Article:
Security researchers have found a serious flaw in Macromedia Inc.s JRun Java application server that enables an attacker to gain complete control of a vulnerable machine.
The buffer overrun vulnerability lies in the ISAPI filter/application that is used to handle requests for Java Server Pages resources. In order to exploit the flaw, an attacker would have to send a request to the ISAPI DLL with an overly long host header field.
The DLL would then overwrite a saved return address on the stack, which would in turn give the attacker control over the processs execution. And because the DLL runs in the system context, any code the attacker executes would have system-level privileges, according to an advisory released Thursday by the CERT Coordination Center.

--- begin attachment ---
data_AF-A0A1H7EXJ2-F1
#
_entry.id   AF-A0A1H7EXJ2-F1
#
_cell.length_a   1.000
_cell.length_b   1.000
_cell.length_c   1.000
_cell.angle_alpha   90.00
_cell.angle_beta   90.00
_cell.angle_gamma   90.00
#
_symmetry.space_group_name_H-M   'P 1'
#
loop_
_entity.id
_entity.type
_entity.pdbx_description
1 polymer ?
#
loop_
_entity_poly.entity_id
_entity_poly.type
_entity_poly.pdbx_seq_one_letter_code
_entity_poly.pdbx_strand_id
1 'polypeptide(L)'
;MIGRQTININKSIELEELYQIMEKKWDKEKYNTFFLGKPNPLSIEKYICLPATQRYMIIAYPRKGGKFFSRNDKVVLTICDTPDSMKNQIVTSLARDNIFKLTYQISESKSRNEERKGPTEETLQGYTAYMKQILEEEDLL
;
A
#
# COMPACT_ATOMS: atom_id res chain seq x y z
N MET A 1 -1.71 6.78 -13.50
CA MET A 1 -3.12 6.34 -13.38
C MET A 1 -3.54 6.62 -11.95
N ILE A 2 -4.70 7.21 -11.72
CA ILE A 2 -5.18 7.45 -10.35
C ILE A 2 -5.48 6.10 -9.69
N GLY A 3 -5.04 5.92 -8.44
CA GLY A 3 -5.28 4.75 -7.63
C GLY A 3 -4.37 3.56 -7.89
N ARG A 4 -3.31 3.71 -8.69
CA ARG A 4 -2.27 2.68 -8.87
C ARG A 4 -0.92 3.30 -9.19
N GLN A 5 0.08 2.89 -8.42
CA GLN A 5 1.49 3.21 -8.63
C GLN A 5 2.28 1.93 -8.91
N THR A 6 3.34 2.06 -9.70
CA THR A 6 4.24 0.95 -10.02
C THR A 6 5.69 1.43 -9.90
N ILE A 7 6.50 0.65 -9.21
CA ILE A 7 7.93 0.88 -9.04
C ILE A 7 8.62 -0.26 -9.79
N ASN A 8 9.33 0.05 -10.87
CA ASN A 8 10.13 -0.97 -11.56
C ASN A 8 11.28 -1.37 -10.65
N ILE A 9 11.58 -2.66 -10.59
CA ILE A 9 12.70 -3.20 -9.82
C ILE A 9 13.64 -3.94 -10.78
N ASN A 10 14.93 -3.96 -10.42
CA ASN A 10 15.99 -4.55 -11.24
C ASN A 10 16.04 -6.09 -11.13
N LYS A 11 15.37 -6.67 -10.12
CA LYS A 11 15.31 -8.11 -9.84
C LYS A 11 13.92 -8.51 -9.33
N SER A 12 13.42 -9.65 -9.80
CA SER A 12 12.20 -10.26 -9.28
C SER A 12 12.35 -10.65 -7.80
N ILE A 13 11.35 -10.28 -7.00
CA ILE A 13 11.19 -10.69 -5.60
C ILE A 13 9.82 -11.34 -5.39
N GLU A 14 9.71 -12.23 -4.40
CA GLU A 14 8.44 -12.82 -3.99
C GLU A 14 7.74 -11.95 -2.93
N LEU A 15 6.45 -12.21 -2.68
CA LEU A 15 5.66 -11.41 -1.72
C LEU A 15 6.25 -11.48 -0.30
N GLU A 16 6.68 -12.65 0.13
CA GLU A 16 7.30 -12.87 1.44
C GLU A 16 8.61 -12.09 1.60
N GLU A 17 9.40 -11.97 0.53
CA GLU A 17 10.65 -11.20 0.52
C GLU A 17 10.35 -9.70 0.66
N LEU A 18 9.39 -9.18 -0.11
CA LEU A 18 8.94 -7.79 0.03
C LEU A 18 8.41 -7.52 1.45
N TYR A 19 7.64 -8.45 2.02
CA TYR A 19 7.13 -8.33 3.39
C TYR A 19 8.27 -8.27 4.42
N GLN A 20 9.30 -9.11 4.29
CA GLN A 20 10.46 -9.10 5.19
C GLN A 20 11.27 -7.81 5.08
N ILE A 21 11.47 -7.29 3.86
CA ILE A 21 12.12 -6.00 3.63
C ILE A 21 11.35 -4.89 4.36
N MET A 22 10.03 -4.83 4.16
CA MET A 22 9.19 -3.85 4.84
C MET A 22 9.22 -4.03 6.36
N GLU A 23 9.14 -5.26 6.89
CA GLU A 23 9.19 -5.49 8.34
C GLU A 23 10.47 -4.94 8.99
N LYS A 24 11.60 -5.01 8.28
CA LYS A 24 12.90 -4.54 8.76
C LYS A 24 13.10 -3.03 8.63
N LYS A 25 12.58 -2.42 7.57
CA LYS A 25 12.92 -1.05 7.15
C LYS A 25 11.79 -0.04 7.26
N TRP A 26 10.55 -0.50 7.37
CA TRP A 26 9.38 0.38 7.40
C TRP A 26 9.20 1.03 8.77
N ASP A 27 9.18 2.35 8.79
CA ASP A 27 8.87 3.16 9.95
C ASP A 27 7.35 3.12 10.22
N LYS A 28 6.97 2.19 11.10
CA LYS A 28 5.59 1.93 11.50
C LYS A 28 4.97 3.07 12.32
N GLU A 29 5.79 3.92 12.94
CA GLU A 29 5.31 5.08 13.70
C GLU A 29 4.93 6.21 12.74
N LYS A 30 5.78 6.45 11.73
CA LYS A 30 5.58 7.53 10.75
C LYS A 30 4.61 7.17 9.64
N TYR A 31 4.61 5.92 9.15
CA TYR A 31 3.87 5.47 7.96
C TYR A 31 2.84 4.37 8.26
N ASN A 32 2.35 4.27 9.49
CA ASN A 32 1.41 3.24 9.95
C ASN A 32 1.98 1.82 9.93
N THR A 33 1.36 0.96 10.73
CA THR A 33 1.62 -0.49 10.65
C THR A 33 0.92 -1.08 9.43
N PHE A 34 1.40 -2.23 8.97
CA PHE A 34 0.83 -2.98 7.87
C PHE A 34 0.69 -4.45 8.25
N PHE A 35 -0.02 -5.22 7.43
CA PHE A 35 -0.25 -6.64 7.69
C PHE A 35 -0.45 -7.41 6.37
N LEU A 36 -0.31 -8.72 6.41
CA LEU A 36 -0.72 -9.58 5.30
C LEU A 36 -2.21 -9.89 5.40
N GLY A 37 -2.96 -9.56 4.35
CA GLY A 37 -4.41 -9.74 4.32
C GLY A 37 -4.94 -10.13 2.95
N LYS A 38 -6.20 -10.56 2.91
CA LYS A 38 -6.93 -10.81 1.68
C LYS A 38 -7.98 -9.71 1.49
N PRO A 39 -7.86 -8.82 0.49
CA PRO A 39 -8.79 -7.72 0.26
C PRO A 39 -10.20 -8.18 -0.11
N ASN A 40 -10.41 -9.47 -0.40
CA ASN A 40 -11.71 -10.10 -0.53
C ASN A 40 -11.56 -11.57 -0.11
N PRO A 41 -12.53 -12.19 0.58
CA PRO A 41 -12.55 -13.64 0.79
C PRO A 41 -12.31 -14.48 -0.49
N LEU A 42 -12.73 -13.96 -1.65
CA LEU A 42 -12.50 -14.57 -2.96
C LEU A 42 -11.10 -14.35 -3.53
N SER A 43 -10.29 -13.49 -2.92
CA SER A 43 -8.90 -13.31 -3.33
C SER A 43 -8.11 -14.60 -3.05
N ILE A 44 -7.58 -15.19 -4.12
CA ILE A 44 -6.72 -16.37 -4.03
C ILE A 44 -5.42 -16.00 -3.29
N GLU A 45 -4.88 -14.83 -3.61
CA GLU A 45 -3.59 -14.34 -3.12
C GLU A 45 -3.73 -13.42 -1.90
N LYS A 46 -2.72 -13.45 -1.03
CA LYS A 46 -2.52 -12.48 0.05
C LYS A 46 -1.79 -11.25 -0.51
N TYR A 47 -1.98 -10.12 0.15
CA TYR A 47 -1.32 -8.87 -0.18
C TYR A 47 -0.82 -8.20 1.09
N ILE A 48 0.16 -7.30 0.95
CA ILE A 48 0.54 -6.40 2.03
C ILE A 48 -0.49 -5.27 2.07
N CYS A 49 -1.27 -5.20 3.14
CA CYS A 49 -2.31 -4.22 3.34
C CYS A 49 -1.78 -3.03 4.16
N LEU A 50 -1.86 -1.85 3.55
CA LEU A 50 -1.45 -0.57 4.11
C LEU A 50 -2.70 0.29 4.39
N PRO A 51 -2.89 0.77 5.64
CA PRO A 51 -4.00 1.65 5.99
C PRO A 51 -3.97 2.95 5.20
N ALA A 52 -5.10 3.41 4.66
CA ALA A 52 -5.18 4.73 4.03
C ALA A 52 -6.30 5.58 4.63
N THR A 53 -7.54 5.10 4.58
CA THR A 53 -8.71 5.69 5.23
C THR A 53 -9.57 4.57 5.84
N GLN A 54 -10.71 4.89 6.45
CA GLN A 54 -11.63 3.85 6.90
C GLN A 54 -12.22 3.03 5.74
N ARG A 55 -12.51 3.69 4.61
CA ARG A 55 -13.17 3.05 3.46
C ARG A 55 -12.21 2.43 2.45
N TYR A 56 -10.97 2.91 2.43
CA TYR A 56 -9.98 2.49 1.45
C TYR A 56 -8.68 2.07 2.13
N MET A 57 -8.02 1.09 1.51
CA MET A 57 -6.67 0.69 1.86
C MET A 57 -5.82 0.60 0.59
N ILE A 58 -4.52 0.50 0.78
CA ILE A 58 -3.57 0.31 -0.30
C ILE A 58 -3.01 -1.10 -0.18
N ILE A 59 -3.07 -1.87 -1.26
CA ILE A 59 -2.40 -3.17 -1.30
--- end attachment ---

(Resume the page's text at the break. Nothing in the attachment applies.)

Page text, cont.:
The flaw affects machines running Microsoft Corp.s Windows NT 4.0 or 2000 and IIS 4.0 or 5.0.
JRun versions 3.0 and 3.1 are vulnerable, but Version 4, released May 13 by Macromedia, contains a fix for the vulnerability.
There is also a patch, available at http://www.macromedia.com/v1/handlers/index.cfm?ID=22994.
CERT estimates that JRun is installed in more than 10,000 sites worldwide.